Thanks so much for the suggestions. I will be paying attention to them...the big thing I learned here is the amount of play the upper back has in the whole thing...I always thought of the DL as being a leg, back and lift.

I thought I was keeping the bar close, but in review, I can see that I really wasn't. Thanks.

Allen, checked out both those links. Great information there. One thing they mention in the second one is using the mixed grip versus just a hook grip. Why?

Also, both mention a clean and a snatch grip DL. My guess is the clean grip is gripping overhand, like using a hook grip, so that the bar can be received a la a clean. The snatch grip would be wider, and again an overhand grip.

Is this correct?

Thanks again...I now have some good information to help out...especially lowering the weight and engaging my upper back in the process. :-)

Allen Yeh
02-05-2007, 10:14 AM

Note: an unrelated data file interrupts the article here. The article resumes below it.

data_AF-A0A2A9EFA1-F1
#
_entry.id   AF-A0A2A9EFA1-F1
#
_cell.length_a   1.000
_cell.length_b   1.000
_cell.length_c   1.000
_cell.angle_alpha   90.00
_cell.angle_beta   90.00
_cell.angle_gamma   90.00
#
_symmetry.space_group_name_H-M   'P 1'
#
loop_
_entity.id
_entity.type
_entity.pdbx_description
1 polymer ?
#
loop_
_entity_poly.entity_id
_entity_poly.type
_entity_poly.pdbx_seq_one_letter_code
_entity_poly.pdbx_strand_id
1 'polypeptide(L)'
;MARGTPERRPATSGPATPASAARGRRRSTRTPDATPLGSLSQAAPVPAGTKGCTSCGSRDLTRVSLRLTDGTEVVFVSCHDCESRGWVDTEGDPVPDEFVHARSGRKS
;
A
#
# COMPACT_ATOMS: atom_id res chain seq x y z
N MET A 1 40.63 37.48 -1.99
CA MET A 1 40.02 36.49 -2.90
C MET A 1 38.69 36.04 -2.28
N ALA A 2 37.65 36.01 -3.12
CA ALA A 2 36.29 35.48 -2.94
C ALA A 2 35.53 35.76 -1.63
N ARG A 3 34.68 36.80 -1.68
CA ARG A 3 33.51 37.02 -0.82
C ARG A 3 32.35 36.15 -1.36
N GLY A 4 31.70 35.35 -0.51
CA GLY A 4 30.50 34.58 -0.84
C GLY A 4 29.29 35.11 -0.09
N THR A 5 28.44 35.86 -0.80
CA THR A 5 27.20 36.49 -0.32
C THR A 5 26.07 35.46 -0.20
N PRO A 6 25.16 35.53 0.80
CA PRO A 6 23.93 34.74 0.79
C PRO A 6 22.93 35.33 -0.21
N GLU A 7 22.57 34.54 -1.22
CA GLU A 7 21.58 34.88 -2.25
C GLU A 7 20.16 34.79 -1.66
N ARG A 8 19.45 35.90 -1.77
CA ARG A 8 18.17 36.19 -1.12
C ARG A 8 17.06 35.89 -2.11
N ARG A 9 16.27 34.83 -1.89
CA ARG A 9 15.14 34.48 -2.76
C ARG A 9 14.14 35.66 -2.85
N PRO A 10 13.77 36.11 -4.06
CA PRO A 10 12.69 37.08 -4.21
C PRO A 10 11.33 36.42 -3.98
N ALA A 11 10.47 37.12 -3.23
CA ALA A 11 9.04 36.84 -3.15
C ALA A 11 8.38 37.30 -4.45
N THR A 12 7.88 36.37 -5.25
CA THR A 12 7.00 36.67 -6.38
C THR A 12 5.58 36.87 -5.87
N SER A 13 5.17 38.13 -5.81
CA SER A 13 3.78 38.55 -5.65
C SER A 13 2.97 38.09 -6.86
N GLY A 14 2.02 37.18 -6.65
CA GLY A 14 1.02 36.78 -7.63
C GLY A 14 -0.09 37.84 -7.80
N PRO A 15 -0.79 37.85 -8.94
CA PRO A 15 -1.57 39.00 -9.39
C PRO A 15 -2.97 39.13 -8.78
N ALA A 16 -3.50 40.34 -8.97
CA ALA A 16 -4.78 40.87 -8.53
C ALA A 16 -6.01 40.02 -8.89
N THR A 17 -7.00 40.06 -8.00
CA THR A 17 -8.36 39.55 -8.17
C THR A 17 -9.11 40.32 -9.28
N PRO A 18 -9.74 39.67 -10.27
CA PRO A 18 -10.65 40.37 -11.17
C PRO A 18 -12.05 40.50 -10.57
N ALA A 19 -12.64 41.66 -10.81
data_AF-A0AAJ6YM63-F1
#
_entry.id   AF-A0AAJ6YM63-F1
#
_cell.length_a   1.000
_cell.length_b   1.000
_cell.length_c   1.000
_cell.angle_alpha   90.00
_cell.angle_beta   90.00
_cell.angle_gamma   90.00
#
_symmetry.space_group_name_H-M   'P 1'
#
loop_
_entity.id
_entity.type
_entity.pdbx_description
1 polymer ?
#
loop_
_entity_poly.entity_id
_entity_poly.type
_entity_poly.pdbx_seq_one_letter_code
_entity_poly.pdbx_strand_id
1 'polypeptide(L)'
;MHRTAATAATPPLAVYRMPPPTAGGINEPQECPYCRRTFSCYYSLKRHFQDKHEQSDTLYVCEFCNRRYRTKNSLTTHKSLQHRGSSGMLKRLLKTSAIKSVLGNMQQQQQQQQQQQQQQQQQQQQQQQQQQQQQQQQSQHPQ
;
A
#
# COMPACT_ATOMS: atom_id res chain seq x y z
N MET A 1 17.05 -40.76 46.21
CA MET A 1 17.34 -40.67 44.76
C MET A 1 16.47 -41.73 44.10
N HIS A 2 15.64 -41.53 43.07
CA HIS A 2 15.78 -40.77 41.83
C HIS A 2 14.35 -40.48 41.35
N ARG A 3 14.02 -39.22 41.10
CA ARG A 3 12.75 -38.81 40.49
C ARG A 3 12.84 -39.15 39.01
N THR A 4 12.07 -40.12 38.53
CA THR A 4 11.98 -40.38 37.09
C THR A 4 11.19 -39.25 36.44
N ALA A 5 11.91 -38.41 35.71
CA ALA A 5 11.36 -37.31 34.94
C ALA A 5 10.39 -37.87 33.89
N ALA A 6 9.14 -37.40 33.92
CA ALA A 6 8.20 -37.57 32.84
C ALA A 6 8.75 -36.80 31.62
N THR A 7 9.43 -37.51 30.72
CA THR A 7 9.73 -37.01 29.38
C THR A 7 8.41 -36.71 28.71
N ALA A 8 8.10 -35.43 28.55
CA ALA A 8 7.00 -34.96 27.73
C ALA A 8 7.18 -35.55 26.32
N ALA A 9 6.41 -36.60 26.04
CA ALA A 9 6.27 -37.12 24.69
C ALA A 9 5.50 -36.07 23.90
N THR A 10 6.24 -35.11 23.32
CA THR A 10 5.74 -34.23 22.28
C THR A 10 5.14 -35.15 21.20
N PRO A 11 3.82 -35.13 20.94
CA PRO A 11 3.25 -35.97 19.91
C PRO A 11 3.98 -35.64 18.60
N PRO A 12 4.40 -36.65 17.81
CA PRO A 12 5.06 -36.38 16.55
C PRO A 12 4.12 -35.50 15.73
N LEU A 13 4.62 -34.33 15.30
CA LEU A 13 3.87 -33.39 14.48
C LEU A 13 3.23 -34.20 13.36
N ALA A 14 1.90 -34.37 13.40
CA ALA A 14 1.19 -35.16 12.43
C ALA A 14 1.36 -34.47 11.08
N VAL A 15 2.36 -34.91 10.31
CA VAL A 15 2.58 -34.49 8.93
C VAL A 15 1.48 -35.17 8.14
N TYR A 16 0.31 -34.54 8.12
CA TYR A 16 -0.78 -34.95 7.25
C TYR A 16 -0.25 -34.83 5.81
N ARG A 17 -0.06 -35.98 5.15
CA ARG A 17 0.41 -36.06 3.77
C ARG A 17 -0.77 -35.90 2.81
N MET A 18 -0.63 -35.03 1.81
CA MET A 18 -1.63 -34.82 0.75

Mixed grip is something used in powerlifting more often than not. I'd work the hook grip as much as possible but the mixed grip can be a viable alternative.

Yes that's correct, clean width grip is what a conventional deadlift calls for.

Kenneth Urakawa
02-05-2007, 08:55 PM
Hey Tim!

Ditto what they said. A couple of things:

Keep in mind that at the start, your toes, knees, and shoulders should all be in front of the bar.

One thing that works for me is to get my grip without worrying about anything else, and then bring the bar in against my shins (bloody shins look manly, by the way); then I pull myself down into position, getting the back "set", weight on the heels, and the slack out of the arms.

As the bar comes up, the angle of the back relative to the floor should not change, just straighten the legs, and then once the bar clears the kneecaps drive the hips through. Coming down is exactly the opposite.

I use a conventional overhand grip, unless the weight is near-max--then a mixed grip provides a slightly stronger grip. But it also has a tendency to make me pull a little bit further back with the supinated (palm forward) side. So I try to alternate which hand is forward.

And many thanks for putting me in touch with David--got a prototype last week and it's pretty cool.

Talk to you soon-

Tim Weaver
02-05-2007, 10:21 PM
Send me pics of the prototype, and thanks for the tips!!